Another company that has entered new territory is Minong, Wis.–headquartered Link Snacks, best known for the widely retailed Jack Link’s brand of beef jerky and other shelf-stable meat snacks. The brand rolled out its refrigerated Cold Crafted line of meat and cheese combos and bites in convenience stores in March 2018 and in grocery stores and mass market retailers in May 2019.
“As a leader in protein snacking, we’re constantly looking at trends and opportunities across all protein categories,” says Cold Crafted brand director Collin Frantz. “Within the refrigerated snacking portfolio, protein combinations like meat, cheese, and nuts are one area where we’re seeing tremendous growth. The category has converged on three major consumer trends—protein, fresh foods, and snacking.”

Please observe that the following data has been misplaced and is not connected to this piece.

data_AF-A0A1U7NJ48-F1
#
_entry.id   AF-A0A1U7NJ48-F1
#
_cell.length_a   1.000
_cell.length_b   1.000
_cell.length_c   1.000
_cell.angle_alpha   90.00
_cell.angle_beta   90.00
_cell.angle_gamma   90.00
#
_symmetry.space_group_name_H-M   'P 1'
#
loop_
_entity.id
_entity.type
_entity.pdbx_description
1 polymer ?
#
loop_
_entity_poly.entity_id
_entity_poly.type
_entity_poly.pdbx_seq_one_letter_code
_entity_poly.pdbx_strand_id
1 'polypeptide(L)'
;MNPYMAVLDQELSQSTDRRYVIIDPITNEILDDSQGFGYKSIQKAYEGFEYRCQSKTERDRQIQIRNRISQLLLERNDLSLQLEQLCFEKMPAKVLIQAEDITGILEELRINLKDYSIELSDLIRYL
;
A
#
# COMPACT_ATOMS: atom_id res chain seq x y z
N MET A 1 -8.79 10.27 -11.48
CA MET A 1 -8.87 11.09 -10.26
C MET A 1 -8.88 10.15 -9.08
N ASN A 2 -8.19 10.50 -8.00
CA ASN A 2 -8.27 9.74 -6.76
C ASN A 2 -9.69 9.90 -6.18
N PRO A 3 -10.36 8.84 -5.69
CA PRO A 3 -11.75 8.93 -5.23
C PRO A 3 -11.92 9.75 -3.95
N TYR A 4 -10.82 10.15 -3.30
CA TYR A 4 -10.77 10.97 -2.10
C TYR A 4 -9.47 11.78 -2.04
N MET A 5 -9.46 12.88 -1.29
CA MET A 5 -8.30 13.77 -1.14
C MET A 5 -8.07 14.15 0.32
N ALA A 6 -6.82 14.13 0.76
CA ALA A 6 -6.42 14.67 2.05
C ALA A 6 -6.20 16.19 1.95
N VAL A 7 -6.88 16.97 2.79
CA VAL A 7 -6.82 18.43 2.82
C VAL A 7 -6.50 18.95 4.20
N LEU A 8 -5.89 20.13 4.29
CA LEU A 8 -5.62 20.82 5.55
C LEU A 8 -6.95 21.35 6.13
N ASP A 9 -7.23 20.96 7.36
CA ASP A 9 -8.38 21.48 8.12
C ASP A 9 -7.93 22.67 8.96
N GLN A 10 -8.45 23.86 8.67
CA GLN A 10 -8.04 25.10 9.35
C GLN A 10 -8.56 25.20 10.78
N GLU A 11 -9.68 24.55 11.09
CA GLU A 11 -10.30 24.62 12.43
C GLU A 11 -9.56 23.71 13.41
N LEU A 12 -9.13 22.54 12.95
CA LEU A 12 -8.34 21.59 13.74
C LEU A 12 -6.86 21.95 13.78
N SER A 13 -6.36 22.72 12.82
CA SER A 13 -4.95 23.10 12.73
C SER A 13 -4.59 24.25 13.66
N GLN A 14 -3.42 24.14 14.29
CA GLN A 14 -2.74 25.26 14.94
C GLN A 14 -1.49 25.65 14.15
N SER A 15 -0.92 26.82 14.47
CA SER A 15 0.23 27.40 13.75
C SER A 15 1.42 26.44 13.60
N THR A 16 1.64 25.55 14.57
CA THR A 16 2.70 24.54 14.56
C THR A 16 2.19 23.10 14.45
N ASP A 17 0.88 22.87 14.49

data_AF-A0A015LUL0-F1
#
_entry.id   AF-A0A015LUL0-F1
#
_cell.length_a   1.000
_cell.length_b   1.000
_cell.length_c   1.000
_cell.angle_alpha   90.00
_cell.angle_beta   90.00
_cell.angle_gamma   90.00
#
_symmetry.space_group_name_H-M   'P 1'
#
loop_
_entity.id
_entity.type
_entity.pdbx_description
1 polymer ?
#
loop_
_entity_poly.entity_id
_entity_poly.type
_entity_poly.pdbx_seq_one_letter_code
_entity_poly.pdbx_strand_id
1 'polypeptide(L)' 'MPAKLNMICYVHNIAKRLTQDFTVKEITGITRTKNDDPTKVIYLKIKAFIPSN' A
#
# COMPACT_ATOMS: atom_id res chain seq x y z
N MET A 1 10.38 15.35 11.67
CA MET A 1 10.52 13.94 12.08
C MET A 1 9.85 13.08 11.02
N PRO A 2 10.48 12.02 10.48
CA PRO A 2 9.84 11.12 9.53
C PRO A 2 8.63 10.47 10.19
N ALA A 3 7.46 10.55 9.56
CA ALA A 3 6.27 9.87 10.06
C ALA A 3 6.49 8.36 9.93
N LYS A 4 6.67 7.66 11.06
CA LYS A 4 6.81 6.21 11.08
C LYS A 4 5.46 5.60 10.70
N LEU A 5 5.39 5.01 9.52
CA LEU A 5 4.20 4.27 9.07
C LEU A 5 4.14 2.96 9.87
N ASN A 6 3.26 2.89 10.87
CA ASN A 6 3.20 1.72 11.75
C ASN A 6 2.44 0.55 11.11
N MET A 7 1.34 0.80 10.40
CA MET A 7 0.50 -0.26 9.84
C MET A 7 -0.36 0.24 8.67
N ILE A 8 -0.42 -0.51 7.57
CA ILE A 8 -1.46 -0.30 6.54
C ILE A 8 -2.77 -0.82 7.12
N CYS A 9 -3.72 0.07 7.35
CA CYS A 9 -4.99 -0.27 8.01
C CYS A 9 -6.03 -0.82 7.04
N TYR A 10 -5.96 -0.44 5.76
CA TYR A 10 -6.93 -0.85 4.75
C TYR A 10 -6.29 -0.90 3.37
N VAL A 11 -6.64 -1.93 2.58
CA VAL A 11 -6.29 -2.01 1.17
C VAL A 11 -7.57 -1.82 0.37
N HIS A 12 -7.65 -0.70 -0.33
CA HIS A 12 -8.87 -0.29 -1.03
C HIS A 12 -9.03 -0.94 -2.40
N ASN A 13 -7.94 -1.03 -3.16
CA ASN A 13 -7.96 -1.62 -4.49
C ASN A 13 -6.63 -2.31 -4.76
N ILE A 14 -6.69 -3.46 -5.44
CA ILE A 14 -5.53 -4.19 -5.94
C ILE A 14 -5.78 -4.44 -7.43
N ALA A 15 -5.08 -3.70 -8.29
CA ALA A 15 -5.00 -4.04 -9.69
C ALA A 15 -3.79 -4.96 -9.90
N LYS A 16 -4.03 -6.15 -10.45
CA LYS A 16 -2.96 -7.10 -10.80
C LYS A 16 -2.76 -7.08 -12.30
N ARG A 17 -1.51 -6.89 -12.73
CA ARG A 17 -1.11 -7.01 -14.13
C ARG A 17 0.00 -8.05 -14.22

Nearly two-thirds of American consumers are looking to add more protein to their diet, Frantz notes. “This trend has certainly impacted the broader Jack Link’s business but also has opened up innovation opportunities in new categories, like refrigerated snacking,” he says.
The Cold Crafted line currently consists of 18 SKUs that combine 100% beef with Wisconsin cheese, including such pairings as Beef and Cheddar Bites and Beef and PepperJack smoked meat and cheese sticks. Since the line is refrigerated, points out Frantz, “we can remove preservatives and deliver a clean-tasting snack.
“Because fresh food options are a priority for many consumers (and retailers), the refrigerated case is continually evolving and opening up shelf space,” Frantz adds.